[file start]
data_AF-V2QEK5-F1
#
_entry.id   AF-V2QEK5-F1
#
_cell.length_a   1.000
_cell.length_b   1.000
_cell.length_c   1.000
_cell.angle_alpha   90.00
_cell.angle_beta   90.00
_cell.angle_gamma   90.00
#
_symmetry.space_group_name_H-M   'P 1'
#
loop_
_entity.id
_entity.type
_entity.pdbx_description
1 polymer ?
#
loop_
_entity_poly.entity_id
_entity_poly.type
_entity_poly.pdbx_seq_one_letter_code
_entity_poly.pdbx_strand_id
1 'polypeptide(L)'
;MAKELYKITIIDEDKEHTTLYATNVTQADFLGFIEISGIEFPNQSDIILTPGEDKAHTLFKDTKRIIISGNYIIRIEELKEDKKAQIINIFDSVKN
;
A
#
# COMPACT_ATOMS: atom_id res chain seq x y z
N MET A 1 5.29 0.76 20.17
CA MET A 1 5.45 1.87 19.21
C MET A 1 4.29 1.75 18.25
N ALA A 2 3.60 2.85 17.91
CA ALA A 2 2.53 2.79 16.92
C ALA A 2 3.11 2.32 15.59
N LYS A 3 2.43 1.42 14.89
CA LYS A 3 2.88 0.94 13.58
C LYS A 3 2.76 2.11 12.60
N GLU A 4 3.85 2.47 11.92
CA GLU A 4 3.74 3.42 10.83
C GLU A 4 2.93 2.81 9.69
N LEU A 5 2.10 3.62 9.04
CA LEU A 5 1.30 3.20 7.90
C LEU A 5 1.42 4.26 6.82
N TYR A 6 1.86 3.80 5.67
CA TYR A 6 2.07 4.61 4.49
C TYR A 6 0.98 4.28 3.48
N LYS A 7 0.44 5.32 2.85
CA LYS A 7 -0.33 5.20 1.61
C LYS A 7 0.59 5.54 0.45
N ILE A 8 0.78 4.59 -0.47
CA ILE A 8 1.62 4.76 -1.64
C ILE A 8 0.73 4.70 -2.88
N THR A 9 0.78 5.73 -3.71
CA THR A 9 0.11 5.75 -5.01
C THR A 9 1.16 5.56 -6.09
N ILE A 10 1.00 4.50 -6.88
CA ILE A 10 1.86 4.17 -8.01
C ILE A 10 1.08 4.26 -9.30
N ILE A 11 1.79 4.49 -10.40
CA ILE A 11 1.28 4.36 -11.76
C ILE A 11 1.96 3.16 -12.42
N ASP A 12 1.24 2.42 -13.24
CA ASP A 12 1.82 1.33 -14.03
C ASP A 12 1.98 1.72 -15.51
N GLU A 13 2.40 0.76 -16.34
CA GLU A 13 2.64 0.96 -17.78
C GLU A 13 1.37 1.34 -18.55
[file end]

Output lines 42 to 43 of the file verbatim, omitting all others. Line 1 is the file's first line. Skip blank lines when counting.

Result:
C GLU A 4 2.93 2.81 9.69
N LEU A 5 2.10 3.62 9.04